Potty Training Two-Year-Olds: Everything You Need to Know

As many of you know, I was determined to try potty training Sally before the new baby came. I wanted to slash our diaper expenses as well as the number of diapers I had to change on any given day. Well, one weekend when I was 34 weeks pregnant, I went for it.This has been a hard post to write, not because I don’t have plenty to say on the topic. Trust me… I have more than plenty. But it’s complicated. Potty training’s not as straightforward as everyone would have you believe, which I quickly learned. There’s no 3-day potty training magical method. There’s not even a week-long magical method, at least with a two-year-old. Potty training’s a process. And so I’ll share our process (which is still ongoing), and everything we’ve learned along the way.

The First Three Days

I decided I’d try the three-day method of potty training. I read all kinds of different perspectives and advice and compiled what I thought would work best for Sally at her age (which was 26 months). So this is how it went down:

The day prior to Sally being potty-trained, we talked about how the next day she would wake up and start going pee in the potty like a big girl. And then the morning of, she woke up, I took her diaper off, and let her be a free woman. She wore no pants or underpants of any sort, to help her be more aware of her bodily functions.

We set up shop in the living room, and I let her drink undiluted juice and we watched movies and played with toys. I rolled up the rug and laid washable blankets down on the hardwood floors so she could still have a somewhat soft place to play. Since our apartment is really small, I decided to just have her use the bathroom right from the start, rather than having a potty chair in the living room. I tried to get her to drink as much as possible, which wasn’t very hard when undiluted juice was being offered.

On the first day, I would have her try to go to the potty every 25 minutes or so. I told her she didn’t have to go, but she just needed to try. Right off the bat, Sally had two accidents in a row. I didn’t get upset at all (even though watching your child pee all over the floor is mortifying). I’d read that positive reinforcement is key, and this rang true for us. We just cleaned the accidents up together with Clorox wipes and paper towels, and I reminded her that pee goes in the potty.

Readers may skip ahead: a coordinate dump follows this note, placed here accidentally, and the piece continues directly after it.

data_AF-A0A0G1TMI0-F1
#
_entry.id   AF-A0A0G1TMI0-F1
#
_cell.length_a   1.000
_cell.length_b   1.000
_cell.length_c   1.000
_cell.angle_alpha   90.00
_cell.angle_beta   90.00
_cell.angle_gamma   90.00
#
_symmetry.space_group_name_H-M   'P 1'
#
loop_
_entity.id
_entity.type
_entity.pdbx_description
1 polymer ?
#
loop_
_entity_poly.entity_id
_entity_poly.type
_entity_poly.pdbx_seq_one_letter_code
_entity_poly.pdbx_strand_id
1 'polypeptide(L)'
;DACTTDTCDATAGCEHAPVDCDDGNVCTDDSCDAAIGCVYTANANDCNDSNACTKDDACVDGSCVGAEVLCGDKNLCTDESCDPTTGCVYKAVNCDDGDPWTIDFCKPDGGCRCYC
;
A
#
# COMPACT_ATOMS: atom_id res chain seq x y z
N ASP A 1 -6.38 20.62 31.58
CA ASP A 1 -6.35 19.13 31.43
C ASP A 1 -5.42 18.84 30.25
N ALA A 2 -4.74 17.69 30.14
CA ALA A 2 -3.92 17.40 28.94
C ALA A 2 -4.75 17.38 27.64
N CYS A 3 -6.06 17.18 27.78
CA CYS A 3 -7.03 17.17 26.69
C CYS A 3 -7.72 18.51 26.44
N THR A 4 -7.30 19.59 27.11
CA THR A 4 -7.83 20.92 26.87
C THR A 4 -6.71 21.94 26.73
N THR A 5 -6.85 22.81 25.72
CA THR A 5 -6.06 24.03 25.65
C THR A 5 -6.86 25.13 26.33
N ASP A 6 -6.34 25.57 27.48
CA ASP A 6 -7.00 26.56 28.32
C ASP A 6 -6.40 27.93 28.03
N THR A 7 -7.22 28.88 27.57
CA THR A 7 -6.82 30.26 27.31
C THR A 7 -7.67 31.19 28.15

And then she started to get the hang of it. She had a few successes going in the potty, which was wildly exciting, and I’d get over-the-top excited for her (Sally!!! You did it!!!! I’m so proud of you!!!!)and give her a jelly bean as a reward. And then she started resisting going. Or she’d try to go, do nothing, and then pee on the floor a few minutes later. The whole day switched off between success, semi-success, resisting, and failure. The entire day required that I watch her like a hawk, which was by far the most exhausting aspect of potty training — the mental focus it required from me. I couldn’t do anything but watch her every move for cues that she needed to go. I was completely worn out by the end of each day.

Day one was the hardest day by far, and each day got a little easier from there. On the second day, I extended the time between asking her if she needed to go to the bathroom. And by day three, I waited an hour between asking. Each of those days, she had two accidents and the rest were successes. After three days, she definitely had the concept down. So I guess that’s where the “three-day method” comes in. But she still had a long way to go. After day two, I started letting her wear big-girl panties (with Elsa, Anna, and Olaf on them), which she really loved. We also left the house for the first time, which went surprisingly well.

Tips, Tricks, and Lessons Learned

And now, seven weeks later, here are some tips and tricks we learned along the way, as well as some aspects of potty training I didn’t expect.